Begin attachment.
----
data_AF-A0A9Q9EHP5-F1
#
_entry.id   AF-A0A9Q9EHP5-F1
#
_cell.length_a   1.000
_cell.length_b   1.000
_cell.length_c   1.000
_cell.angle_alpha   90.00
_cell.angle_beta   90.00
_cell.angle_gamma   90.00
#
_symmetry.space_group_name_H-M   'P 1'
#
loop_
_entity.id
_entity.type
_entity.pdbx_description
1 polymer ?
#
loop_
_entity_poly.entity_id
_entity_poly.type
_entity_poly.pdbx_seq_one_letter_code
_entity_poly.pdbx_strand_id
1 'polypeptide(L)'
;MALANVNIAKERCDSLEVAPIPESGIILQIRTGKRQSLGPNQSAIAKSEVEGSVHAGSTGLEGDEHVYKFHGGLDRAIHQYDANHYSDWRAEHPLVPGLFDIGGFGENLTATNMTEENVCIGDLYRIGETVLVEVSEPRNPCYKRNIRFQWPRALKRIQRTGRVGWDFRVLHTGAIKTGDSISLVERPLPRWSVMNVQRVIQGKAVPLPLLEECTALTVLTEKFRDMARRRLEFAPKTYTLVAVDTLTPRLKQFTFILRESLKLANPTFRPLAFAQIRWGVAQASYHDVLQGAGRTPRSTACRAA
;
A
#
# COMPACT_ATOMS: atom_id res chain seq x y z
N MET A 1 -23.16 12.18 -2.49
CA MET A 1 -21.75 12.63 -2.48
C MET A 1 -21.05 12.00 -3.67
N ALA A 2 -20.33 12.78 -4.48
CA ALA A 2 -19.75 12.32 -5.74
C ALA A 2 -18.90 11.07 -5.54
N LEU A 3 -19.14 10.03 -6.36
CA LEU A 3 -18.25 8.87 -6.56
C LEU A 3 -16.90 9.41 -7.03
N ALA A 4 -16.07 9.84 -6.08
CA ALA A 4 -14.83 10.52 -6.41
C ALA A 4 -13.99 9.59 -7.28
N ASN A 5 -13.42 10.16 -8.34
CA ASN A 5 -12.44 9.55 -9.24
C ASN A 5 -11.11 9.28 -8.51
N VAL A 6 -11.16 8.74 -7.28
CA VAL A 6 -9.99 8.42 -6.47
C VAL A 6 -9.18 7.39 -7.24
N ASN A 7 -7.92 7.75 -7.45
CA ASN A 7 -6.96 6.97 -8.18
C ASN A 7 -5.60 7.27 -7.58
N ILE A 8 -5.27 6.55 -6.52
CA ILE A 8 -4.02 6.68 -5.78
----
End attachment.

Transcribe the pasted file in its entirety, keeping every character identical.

data_AF-A0A9Q9EHP5-F1
#
_entry.id   AF-A0A9Q9EHP5-F1
#
_cell.length_a   1.000
_cell.length_b   1.000
_cell.length_c   1.000
_cell.angle_alpha   90.00
_cell.angle_beta   90.00
_cell.angle_gamma   90.00
#
_symmetry.space_group_name_H-M   'P 1'
#
loop_
_entity.id
_entity.type
_entity.pdbx_description
1 polymer ?
#
loop_
_entity_poly.entity_id
_entity_poly.type
_entity_poly.pdbx_seq_one_letter_code
_entity_poly.pdbx_strand_id
1 'polypeptide(L)'
;MALANVNIAKERCDSLEVAPIPESGIILQIRTGKRQSLGPNQSAIAKSEVEGSVHAGSTGLEGDEHVYKFHGGLDRAIHQYDANHYSDWRAEHPLVPGLFDIGGFGENLTATNMTEENVCIGDLYRIGETVLVEVSEPRNPCYKRNIRFQWPRALKRIQRTGRVGWDFRVLHTGAIKTGDSISLVERPLPRWSVMNVQRVIQGKAVPLPLLEECTALTVLTEKFRDMARRRLEFAPKTYTLVAVDTLTPRLKQFTFILRESLKLANPTFRPLAFAQIRWGVAQASYHDVLQGAGRTPRSTACRAA
;
A
#
# COMPACT_ATOMS: atom_id res chain seq x y z
N MET A 1 -23.16 12.18 -2.49
CA MET A 1 -21.75 12.63 -2.48
C MET A 1 -21.05 12.00 -3.67
N ALA A 2 -20.33 12.78 -4.48
CA ALA A 2 -19.75 12.32 -5.74
C ALA A 2 -18.90 11.07 -5.54
N LEU A 3 -19.14 10.03 -6.36
CA LEU A 3 -18.25 8.87 -6.56
C LEU A 3 -16.90 9.41 -7.03
N ALA A 4 -16.07 9.84 -6.08
CA ALA A 4 -14.83 10.52 -6.41
C ALA A 4 -13.99 9.59 -7.28
N ASN A 5 -13.42 10.16 -8.34
CA ASN A 5 -12.44 9.55 -9.24
C ASN A 5 -11.11 9.28 -8.51
N VAL A 6 -11.16 8.74 -7.28
CA VAL A 6 -9.99 8.42 -6.47
C VAL A 6 -9.18 7.39 -7.24
N ASN A 7 -7.92 7.75 -7.45
CA ASN A 7 -6.96 6.97 -8.18
C ASN A 7 -5.60 7.27 -7.58
N ILE A 8 -5.27 6.55 -6.52
CA ILE A 8 -4.02 6.68 -5.78